Post Spawn Means What?

Post Spawn Means What?

June 01, 2020

Many anglers, including myself, love the pre spawn period and the spawn period for bass fishing. Now the post spawn is starting to happen in most parts of the country so what does that mean?

The post spawn means different things in different part of the country. Bass fishing is generally still good. The bass are not as obvious as to where they will be caught during the post spawn but once you figure it out, you can have a ball.

Most lakes and rivers still have a strong shallow bite during the post spawn. Many buck bass can still be guarding fry. Many areas still have a nightly lingering shad spawn. Some lakes even have a herring spawn that is just getting going about this time. All these conditions leave plenty of food for our beloved bass around the banks.

Some lakes can have current that pulls many bass out to deeper waters like on the Tennessee River system. Lake Guntersville is notorious for having bass pull out of the spawning flats to the closest ledge in that matter of a week. This can also be a lot of fun if you find one of those areas where bass are coming to off the spawning areas. This blog is going to focus on traditional type lakes and rivers.

Slow Fall

For some reason, I have seen a number of times that baits with a slow fall out produce a fast fall during this post spawn time. This is a general type rule to keep in mind when fishing the post spawn. Texas rig with super light weights, 1/16 ounce shaky heads, and wacky worms are in this category of slow falling post spawn producers.

Topwater Time

If there is any bank grass or willow grass in the lake I am fishing in the post spawn time, you can bet I will be throwing a SPRO Bronzeye 65 around that grass. The crack of that 50 pound Sunline X-Plasma braid in my Cashion Frog Rod is so sweet. Many other topwaters get good too. Pop-R’s, spook type walking baits, buzz baits, and Whopper Ploppers all really start to produce fish all day long.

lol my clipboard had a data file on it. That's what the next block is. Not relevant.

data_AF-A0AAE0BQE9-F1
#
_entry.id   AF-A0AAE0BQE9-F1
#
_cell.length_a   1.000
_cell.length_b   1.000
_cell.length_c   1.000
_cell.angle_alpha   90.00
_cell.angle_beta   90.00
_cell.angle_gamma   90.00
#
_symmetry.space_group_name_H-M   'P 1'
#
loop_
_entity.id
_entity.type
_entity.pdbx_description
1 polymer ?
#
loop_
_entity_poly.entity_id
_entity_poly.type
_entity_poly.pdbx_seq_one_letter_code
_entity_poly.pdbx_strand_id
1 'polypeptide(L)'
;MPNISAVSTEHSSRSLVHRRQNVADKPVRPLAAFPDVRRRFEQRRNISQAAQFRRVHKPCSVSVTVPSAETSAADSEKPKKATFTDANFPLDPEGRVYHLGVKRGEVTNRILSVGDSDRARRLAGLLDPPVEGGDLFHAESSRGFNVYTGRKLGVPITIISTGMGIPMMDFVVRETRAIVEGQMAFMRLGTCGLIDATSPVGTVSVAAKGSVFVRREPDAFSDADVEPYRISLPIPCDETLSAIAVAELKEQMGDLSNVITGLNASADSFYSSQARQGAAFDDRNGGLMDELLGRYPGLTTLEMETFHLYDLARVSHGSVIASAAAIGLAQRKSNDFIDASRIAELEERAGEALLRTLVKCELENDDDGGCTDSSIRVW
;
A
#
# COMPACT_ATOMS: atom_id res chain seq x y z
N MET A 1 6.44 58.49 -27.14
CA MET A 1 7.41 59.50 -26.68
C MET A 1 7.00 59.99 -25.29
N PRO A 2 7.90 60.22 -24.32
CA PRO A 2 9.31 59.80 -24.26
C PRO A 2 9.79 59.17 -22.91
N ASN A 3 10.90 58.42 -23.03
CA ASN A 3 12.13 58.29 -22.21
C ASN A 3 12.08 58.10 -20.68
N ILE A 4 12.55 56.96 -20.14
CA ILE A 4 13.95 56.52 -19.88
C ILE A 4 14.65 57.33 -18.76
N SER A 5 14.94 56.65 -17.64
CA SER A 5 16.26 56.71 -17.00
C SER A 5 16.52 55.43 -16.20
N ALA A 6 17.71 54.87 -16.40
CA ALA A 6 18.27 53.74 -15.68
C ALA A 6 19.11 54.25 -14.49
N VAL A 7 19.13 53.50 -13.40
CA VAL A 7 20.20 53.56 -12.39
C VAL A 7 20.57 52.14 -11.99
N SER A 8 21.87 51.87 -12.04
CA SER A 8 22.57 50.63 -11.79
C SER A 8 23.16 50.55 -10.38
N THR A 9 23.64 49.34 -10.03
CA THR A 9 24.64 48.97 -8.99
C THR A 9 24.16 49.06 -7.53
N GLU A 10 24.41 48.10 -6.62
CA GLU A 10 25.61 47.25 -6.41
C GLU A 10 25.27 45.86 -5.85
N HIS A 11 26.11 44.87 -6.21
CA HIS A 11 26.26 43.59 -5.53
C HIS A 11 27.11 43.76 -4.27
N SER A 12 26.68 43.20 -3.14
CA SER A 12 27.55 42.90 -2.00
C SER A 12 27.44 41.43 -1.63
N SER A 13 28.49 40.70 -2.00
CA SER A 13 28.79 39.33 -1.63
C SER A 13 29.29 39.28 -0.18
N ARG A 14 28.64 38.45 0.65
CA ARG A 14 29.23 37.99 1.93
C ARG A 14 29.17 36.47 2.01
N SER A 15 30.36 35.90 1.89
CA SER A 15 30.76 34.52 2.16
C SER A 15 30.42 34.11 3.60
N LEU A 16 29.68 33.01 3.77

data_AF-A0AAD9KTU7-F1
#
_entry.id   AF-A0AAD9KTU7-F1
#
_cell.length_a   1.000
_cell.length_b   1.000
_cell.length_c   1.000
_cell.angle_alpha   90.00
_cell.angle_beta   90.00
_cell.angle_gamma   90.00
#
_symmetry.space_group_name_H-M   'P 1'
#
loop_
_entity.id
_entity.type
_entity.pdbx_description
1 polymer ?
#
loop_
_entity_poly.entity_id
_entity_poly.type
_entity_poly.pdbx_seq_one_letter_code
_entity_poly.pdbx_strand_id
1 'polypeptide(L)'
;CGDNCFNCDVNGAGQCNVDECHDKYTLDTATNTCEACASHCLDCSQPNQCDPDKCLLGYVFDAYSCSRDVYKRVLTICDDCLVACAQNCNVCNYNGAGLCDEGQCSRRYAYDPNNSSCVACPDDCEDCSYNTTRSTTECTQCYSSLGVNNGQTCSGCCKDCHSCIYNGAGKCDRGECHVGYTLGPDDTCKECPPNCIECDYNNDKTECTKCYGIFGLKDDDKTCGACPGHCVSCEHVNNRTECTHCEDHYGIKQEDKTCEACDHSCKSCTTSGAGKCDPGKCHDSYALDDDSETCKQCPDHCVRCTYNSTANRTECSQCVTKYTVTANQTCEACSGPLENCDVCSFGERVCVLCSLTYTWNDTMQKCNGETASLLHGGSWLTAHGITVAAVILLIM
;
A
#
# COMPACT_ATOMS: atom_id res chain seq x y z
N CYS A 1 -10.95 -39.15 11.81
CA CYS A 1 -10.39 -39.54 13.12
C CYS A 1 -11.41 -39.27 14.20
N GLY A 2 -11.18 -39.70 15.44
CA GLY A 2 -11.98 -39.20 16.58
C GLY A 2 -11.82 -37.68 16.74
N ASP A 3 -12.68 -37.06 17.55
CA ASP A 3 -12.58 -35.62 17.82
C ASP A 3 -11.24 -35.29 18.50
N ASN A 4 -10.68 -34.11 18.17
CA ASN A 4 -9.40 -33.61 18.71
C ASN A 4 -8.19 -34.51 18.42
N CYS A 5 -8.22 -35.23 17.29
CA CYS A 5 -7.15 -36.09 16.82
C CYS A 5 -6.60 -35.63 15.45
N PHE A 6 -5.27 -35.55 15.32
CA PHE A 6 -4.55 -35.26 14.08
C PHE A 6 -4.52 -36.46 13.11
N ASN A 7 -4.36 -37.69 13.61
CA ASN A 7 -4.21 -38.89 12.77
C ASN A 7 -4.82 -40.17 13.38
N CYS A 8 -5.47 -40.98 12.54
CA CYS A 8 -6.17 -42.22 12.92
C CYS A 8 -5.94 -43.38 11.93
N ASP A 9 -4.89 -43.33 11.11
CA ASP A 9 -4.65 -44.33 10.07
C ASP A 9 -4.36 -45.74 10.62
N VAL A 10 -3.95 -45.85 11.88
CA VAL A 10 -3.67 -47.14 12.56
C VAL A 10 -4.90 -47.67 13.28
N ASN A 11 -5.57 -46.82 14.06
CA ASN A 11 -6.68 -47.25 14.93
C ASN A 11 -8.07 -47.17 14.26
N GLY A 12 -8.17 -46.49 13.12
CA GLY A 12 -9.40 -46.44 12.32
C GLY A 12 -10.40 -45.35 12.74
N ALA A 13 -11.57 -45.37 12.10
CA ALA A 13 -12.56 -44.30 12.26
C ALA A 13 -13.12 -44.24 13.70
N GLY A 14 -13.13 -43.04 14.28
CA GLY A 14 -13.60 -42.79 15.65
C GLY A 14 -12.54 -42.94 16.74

Calling Mr. Ned

The Ned rig really stars to shine during the post spawn. The slow fall and wondering action are finesse enough to draw lots of strikes during this time of year. I really like bait fish colors or bluegill imitators. In the Missile Baits Ned Bomb, I like the Fisholicious and Golden Shiner Core for bait fish colors. For the bluegill look, I go with GP Blue Flash Tail or Green Pumpkin Flash. It is hard to say exactly where to throw it but starting in spawning pockets with a 1/16 ounce head is a good place to begin.

Rock the Docks

Docks are a major producer of bass during the post spawn. You can catch fish off docks with topwater, Ned rig, Neko rig, shaky head, or a number of other baits. Just keep in mind that slow fall for any baits that are sub surface. Fry guarders may be on the shallow parts of the dock, drop offs under the middle parts might hold them, some bass may be on the isolated poles, and some will suspend under the floating part of the dock. In other words, the whole dock can be game but once you get a few bites, a pattern may appear.

Hopefully this can give you a start on what the post spawn phase means for bass fishing. I know it is not generally as good as the pre spawn and spawn but I also know many anglers that love the post spawn for various reasons. Get out there and enjoy our sacred pastime.